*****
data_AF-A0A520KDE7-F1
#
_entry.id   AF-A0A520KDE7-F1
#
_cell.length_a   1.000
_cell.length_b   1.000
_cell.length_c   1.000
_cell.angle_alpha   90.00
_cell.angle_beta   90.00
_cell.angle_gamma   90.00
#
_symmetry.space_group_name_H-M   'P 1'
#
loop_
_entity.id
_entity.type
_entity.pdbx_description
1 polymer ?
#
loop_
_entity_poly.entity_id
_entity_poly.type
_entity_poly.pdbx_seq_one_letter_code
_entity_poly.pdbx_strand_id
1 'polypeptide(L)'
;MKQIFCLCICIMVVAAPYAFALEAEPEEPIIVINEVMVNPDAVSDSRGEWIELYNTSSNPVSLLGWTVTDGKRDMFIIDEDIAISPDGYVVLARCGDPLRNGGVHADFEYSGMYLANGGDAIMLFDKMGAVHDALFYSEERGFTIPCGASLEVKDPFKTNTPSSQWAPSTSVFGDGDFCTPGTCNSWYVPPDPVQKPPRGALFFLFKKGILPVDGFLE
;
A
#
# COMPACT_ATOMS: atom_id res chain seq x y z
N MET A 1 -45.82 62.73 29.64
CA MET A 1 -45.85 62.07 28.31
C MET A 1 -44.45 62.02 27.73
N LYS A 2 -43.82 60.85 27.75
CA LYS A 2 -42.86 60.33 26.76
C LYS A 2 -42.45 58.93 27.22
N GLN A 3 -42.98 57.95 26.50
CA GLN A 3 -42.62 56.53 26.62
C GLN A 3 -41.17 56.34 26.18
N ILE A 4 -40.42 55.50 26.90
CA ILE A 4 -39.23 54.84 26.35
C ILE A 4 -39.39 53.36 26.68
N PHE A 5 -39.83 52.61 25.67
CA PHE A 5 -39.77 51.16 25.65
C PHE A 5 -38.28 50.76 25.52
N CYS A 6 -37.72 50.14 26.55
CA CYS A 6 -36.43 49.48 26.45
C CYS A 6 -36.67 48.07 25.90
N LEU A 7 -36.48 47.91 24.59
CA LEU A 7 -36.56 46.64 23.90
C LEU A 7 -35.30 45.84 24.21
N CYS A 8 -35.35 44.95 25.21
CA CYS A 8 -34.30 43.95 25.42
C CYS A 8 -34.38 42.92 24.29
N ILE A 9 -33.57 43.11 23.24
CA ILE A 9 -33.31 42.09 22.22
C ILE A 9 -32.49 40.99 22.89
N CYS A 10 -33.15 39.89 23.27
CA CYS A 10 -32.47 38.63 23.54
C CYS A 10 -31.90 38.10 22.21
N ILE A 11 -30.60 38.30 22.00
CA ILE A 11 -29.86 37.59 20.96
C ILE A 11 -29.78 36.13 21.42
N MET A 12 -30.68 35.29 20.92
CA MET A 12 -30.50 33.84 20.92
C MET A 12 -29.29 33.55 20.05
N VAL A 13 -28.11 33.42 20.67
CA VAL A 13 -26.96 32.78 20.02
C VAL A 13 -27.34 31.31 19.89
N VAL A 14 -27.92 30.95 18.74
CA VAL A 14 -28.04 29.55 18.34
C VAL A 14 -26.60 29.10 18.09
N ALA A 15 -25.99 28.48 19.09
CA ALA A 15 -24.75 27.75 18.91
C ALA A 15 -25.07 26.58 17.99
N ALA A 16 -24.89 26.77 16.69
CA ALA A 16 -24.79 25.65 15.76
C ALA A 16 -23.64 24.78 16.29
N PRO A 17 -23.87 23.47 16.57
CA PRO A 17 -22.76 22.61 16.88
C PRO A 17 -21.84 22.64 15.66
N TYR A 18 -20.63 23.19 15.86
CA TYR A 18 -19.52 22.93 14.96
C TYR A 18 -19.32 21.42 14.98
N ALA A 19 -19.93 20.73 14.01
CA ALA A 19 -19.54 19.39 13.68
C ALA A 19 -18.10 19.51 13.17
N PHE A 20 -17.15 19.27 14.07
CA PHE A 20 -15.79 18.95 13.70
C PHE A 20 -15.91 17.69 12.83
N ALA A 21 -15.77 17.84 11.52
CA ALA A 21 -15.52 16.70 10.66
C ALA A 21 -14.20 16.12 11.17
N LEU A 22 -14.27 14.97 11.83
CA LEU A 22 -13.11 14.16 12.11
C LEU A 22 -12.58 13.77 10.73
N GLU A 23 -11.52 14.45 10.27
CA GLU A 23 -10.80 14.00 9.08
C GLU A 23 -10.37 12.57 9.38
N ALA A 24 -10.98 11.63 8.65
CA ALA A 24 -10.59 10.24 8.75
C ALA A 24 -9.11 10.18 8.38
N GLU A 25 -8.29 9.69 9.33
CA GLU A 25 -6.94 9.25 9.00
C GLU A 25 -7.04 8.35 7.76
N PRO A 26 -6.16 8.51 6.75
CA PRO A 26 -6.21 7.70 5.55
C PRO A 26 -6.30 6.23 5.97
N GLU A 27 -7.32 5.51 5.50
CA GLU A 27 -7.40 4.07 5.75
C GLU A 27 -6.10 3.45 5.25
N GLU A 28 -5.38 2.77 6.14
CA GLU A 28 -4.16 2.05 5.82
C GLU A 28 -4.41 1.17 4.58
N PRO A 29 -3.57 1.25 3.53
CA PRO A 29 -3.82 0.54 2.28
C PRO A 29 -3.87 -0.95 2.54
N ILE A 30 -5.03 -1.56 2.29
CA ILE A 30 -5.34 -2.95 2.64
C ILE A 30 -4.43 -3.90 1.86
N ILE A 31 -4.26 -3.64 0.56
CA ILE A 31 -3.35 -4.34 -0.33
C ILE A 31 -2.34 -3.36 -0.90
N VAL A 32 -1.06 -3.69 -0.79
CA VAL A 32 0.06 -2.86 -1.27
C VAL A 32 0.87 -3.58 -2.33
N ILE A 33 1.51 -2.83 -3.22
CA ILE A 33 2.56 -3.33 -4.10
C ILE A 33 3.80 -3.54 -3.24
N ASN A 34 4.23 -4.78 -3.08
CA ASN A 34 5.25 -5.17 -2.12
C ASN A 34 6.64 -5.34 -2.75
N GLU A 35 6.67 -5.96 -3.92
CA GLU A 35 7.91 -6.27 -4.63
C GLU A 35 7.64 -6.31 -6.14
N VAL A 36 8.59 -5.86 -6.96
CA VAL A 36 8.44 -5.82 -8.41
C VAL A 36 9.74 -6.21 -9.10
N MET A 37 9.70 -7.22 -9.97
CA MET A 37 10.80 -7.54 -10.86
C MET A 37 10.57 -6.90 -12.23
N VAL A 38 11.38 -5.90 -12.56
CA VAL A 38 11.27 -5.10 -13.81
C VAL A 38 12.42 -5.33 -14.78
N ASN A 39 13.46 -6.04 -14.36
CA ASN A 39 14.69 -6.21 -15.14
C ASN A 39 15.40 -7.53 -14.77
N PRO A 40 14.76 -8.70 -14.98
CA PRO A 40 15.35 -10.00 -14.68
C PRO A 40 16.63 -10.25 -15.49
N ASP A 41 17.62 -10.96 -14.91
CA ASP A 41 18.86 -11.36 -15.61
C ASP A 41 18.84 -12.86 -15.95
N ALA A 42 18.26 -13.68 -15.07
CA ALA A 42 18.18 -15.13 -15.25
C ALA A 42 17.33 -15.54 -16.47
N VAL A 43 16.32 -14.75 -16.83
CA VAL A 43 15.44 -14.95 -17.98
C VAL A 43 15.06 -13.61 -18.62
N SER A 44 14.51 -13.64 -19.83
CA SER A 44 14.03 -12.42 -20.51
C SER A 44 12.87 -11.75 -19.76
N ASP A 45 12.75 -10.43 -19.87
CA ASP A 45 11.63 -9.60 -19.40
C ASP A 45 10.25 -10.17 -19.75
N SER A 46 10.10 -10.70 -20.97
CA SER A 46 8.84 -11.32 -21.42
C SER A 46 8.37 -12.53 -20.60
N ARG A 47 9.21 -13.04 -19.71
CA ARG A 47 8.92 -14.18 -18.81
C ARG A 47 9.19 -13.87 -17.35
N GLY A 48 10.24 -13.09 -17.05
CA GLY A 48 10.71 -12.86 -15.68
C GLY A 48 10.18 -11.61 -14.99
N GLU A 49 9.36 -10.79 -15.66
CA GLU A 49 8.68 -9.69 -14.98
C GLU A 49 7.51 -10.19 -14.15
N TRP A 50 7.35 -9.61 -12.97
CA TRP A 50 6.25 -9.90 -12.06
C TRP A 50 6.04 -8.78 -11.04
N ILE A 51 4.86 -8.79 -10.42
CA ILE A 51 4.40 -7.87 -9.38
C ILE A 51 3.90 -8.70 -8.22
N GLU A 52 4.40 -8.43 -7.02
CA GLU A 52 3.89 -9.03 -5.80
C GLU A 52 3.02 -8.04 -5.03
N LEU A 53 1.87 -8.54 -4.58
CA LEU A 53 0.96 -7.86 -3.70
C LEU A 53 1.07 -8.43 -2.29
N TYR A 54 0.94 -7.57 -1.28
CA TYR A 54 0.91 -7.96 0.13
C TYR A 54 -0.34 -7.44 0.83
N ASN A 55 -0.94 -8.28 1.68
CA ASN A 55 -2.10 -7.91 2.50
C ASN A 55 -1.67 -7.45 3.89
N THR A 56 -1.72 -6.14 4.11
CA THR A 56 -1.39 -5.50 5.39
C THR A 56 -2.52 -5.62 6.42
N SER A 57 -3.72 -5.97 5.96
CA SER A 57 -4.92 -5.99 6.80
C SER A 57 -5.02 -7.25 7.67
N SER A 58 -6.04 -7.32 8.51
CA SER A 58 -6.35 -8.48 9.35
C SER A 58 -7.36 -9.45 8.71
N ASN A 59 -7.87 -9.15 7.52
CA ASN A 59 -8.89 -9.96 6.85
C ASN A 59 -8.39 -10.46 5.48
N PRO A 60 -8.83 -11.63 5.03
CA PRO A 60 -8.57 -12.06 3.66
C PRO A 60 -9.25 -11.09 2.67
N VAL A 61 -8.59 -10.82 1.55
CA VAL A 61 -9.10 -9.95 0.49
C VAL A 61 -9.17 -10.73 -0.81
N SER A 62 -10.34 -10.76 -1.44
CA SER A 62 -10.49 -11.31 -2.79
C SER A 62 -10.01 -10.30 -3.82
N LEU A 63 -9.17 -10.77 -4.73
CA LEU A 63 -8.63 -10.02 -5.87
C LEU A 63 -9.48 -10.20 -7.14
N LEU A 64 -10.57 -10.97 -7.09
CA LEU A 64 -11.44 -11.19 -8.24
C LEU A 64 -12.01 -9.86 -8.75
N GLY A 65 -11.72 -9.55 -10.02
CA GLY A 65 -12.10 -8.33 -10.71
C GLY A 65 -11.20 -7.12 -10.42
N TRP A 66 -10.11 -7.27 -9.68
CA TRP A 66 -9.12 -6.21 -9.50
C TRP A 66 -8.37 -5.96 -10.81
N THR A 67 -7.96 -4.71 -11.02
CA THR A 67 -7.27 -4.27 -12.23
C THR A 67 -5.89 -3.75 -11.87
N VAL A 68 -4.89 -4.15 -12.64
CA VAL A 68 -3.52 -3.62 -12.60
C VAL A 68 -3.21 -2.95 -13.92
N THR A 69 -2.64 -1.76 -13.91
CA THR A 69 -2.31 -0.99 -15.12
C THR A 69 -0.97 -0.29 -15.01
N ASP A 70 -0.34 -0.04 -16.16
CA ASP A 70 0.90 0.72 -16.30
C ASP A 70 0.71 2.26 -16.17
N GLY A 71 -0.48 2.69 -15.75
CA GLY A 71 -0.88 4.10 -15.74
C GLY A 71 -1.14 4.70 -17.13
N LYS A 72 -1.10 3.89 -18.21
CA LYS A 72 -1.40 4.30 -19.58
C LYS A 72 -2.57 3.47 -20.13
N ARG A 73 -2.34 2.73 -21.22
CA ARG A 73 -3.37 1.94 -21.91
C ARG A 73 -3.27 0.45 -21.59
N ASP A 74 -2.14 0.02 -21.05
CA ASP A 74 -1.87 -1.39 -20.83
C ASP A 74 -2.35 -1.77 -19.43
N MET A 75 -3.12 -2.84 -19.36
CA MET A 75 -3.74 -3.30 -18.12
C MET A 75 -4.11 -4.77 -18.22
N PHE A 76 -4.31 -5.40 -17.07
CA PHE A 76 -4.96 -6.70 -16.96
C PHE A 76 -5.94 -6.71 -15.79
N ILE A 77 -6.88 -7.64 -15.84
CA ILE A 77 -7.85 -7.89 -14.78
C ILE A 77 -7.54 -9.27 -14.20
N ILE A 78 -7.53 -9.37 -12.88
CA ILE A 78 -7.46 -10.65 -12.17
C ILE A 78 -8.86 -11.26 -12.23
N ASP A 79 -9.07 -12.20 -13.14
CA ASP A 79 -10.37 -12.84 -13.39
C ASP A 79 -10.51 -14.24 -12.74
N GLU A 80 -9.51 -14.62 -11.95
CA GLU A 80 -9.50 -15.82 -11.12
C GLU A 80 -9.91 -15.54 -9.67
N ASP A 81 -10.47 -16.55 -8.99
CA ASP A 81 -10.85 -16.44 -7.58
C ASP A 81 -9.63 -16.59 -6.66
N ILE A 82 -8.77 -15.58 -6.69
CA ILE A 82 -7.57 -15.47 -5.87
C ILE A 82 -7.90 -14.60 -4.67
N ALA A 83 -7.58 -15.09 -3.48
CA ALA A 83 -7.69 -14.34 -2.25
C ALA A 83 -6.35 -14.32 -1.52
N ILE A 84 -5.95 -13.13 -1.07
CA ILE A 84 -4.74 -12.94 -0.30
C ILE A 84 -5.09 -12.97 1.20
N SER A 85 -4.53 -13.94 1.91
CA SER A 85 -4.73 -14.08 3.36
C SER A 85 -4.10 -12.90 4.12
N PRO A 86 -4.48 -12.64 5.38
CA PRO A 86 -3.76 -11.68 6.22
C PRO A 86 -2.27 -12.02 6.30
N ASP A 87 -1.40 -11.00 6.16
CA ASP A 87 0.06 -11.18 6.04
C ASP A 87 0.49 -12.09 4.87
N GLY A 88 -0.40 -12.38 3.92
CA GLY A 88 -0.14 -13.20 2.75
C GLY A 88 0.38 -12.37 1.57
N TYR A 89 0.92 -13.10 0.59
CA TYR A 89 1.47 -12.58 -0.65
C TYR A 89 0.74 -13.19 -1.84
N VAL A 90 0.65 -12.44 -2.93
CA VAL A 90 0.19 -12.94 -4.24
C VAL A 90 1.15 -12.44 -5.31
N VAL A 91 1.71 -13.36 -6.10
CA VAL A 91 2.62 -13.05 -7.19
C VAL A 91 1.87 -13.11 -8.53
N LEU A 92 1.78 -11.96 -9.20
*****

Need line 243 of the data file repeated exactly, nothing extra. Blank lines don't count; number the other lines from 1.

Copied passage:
C GLY A 71 -1.14 4.70 -17.13